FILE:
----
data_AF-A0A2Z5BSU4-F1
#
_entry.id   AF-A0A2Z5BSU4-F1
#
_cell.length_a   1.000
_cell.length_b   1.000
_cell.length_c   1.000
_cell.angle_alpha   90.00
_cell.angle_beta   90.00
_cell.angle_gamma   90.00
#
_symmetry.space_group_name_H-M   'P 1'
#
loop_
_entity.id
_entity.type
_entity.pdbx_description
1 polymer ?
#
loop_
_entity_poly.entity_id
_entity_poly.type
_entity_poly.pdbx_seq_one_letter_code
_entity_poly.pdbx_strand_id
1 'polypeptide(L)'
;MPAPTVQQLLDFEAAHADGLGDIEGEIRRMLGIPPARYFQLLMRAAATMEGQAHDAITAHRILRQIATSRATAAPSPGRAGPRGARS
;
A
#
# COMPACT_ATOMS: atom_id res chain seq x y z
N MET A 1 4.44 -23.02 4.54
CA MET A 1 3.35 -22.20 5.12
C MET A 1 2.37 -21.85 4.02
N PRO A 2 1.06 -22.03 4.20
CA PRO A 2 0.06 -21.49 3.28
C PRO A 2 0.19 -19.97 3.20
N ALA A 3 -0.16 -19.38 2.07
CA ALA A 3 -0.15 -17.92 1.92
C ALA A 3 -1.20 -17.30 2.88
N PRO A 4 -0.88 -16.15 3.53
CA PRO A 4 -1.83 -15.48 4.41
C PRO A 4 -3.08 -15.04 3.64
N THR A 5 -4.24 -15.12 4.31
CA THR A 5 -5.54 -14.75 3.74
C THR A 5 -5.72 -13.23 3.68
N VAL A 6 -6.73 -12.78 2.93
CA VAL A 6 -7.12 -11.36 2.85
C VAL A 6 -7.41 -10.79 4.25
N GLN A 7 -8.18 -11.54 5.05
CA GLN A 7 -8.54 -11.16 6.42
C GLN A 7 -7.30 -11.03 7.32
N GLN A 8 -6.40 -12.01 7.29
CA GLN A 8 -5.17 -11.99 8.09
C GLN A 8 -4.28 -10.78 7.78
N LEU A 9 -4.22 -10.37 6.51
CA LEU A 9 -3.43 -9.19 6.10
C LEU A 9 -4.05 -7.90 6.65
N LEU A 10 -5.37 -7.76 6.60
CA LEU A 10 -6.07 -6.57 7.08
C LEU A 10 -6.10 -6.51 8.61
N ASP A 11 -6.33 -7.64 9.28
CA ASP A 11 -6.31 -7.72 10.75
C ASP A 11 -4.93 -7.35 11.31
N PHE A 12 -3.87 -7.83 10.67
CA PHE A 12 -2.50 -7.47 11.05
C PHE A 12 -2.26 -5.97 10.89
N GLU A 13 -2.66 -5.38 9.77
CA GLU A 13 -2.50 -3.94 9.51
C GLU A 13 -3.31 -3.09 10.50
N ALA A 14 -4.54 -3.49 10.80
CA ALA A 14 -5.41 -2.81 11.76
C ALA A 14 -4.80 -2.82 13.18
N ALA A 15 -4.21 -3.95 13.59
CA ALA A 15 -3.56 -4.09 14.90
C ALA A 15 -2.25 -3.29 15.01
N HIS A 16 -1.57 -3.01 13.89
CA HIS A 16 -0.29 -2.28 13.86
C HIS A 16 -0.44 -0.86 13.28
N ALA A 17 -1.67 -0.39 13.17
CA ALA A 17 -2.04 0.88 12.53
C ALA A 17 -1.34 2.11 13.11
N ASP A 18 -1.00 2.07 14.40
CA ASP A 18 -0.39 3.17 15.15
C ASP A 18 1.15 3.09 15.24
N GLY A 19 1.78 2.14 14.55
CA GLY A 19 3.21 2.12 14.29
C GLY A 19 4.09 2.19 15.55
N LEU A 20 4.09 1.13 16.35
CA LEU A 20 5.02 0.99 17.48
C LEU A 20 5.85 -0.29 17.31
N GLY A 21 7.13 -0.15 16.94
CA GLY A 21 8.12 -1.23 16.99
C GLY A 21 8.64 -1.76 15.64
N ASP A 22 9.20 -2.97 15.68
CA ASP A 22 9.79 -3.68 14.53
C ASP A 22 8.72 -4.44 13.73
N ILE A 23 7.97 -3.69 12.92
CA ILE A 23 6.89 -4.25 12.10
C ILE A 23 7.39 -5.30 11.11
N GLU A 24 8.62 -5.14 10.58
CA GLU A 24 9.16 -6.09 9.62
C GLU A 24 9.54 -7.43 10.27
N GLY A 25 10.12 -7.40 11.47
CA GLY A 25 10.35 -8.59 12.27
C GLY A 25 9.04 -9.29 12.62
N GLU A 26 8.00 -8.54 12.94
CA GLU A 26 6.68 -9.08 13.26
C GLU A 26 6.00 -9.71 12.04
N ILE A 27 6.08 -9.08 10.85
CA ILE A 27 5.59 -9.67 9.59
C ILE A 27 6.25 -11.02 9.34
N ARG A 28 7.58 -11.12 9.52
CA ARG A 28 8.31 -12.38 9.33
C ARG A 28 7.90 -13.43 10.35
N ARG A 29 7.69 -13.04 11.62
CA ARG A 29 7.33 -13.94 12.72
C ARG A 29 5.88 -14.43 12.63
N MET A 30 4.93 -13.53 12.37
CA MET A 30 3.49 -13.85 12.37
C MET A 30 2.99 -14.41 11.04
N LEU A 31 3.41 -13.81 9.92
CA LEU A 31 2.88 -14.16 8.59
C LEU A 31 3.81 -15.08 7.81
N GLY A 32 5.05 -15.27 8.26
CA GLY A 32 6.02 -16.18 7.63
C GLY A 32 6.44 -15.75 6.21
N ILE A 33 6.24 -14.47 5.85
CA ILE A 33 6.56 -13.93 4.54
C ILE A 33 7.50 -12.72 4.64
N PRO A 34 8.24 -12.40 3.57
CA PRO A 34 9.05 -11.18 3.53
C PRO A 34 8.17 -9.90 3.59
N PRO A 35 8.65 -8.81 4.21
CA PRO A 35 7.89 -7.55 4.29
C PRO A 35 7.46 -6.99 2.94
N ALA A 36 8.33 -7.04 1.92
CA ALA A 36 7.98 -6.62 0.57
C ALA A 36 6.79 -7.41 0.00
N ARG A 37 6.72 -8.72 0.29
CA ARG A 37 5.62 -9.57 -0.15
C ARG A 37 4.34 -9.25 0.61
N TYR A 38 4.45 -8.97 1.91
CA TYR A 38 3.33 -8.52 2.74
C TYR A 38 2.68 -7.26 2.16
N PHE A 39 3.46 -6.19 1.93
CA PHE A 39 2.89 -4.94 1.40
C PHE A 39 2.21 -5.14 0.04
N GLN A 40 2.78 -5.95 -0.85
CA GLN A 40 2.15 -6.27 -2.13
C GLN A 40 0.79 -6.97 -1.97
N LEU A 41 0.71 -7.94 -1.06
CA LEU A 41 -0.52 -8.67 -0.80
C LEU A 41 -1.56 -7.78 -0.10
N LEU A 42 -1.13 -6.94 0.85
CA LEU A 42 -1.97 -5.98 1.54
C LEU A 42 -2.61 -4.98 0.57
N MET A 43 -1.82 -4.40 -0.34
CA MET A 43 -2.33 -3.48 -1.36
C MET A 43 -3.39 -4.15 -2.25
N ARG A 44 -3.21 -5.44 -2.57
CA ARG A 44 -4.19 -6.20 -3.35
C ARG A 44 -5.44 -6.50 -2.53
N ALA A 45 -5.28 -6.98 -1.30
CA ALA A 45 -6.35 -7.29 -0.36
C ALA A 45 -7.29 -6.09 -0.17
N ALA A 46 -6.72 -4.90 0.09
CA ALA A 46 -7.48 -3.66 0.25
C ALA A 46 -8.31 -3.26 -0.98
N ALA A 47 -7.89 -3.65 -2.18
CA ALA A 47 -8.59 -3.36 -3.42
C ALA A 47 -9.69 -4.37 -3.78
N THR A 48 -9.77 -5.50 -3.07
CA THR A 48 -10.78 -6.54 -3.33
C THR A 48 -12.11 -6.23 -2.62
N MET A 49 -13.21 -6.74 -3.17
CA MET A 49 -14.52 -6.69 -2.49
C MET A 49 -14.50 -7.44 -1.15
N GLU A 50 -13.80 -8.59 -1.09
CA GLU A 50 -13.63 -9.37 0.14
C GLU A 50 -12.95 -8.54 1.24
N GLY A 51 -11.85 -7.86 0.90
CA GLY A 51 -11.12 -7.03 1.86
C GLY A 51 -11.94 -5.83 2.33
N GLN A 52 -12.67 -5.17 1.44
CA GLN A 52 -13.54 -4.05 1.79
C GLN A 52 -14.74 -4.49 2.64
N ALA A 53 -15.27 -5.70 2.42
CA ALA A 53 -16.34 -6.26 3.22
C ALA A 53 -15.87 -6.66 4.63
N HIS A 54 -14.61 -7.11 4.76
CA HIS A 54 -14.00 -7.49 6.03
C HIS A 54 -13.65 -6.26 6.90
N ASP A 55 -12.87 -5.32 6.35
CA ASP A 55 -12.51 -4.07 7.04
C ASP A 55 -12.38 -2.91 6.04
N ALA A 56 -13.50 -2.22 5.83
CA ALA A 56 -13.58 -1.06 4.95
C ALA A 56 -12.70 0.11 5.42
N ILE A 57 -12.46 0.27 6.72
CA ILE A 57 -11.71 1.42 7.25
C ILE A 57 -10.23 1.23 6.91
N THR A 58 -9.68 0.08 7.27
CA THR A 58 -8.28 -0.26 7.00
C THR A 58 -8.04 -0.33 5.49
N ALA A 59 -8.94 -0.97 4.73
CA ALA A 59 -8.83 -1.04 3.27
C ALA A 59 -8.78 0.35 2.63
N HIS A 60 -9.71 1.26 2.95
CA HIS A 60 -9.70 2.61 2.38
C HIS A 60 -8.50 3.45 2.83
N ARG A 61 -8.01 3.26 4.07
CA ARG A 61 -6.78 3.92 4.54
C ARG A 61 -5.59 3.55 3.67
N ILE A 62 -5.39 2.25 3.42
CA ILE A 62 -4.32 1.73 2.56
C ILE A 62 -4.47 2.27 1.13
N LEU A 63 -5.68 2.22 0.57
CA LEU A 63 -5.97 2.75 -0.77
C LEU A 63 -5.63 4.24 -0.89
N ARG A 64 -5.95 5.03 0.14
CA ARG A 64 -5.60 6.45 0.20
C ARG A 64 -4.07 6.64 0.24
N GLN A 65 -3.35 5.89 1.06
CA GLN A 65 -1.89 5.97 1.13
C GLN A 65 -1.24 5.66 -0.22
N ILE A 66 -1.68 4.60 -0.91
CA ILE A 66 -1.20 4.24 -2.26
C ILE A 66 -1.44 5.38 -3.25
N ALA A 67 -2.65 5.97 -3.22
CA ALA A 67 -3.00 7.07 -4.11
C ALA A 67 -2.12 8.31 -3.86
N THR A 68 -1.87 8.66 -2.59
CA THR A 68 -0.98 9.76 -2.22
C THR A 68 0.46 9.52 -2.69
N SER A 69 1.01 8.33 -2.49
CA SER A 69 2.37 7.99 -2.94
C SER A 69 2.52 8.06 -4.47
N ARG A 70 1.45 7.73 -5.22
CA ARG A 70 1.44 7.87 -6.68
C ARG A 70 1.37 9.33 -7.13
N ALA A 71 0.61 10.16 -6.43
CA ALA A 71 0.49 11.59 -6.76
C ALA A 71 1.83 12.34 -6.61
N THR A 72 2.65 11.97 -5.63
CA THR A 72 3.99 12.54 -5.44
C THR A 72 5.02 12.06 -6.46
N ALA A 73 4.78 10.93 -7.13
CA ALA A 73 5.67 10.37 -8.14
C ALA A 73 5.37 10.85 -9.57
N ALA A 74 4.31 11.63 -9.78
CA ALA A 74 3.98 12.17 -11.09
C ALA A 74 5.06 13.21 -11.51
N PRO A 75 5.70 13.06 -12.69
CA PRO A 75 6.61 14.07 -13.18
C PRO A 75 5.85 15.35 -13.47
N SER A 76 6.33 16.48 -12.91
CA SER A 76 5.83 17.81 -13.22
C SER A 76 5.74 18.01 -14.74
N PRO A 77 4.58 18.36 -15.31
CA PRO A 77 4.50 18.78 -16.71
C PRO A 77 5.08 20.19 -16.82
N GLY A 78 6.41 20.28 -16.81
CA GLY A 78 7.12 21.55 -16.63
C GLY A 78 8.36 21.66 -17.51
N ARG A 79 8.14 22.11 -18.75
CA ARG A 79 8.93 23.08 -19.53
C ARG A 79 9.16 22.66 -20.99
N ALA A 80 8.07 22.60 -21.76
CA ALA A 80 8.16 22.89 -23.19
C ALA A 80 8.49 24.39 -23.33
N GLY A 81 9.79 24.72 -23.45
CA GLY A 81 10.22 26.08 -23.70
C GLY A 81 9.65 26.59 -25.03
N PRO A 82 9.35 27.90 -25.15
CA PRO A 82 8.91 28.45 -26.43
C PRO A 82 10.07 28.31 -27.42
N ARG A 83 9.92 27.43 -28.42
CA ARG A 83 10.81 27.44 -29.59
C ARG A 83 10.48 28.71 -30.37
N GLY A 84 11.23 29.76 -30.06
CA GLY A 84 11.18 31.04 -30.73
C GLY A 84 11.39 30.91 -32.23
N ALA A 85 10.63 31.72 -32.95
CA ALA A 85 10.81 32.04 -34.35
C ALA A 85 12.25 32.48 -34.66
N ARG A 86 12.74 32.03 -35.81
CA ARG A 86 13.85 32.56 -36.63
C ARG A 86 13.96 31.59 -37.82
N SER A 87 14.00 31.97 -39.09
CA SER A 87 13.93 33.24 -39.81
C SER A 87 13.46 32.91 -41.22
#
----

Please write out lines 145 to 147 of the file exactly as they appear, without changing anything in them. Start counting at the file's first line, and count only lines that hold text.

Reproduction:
N PHE A 39 3.46 -6.19 1.93
CA PHE A 39 2.89 -4.94 1.40
C PHE A 39 2.21 -5.14 0.04